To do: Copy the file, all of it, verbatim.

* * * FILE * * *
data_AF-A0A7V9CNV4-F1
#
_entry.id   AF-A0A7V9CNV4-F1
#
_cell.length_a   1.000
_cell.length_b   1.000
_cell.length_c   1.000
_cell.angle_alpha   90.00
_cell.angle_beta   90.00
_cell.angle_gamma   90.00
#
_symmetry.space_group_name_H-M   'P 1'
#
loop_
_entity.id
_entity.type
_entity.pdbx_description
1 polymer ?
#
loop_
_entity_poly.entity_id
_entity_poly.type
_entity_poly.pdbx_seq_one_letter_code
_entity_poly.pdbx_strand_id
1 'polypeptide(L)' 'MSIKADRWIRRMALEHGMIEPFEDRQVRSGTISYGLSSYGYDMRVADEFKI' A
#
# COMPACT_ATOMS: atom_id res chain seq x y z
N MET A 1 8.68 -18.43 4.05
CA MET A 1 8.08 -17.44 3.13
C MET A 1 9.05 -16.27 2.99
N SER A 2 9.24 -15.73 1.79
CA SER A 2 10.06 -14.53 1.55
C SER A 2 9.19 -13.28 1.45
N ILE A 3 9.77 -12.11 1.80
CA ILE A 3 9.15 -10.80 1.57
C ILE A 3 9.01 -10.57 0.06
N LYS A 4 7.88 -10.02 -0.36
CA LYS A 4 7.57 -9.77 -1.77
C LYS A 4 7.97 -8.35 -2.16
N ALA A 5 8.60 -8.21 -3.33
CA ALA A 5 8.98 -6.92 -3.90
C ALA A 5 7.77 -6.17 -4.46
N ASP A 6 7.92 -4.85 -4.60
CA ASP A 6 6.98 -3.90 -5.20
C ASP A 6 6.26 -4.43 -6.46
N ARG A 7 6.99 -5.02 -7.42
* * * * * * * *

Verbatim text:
data_AF-A0A7V9CNV4-F1
#
_entry.id   AF-A0A7V9CNV4-F1
#
_cell.length_a   1.000
_cell.length_b   1.000
_cell.length_c   1.000
_cell.angle_alpha   90.00
_cell.angle_beta   90.00
_cell.angle_gamma   90.00
#
_symmetry.space_group_name_H-M   'P 1'
#
loop_
_entity.id
_entity.type
_entity.pdbx_description
1 polymer ?
#
loop_
_entity_poly.entity_id
_entity_poly.type
_entity_poly.pdbx_seq_one_letter_code
_entity_poly.pdbx_strand_id
1 'polypeptide(L)' 'MSIKADRWIRRMALEHGMIEPFEDRQVRSGTISYGLSSYGYDMRVADEFKI' A
#
# COMPACT_ATOMS: atom_id res chain seq x y z
N MET A 1 8.68 -18.43 4.05
CA MET A 1 8.08 -17.44 3.13
C MET A 1 9.05 -16.27 2.99
N SER A 2 9.24 -15.73 1.79
CA SER A 2 10.06 -14.53 1.55
C SER A 2 9.19 -13.28 1.45
N ILE A 3 9.77 -12.11 1.80
CA ILE A 3 9.15 -10.80 1.57
C ILE A 3 9.01 -10.57 0.06
N LYS A 4 7.88 -10.02 -0.36
CA LYS A 4 7.57 -9.77 -1.77
C LYS A 4 7.97 -8.35 -2.16
N ALA A 5 8.60 -8.21 -3.33
CA ALA A 5 8.98 -6.92 -3.90
C ALA A 5 7.77 -6.17 -4.46
N ASP A 6 7.92 -4.85 -4.60
CA ASP A 6 6.98 -3.90 -5.20
C ASP A 6 6.26 -4.43 -6.46
N ARG A 7 6.99 -5.02 -7.42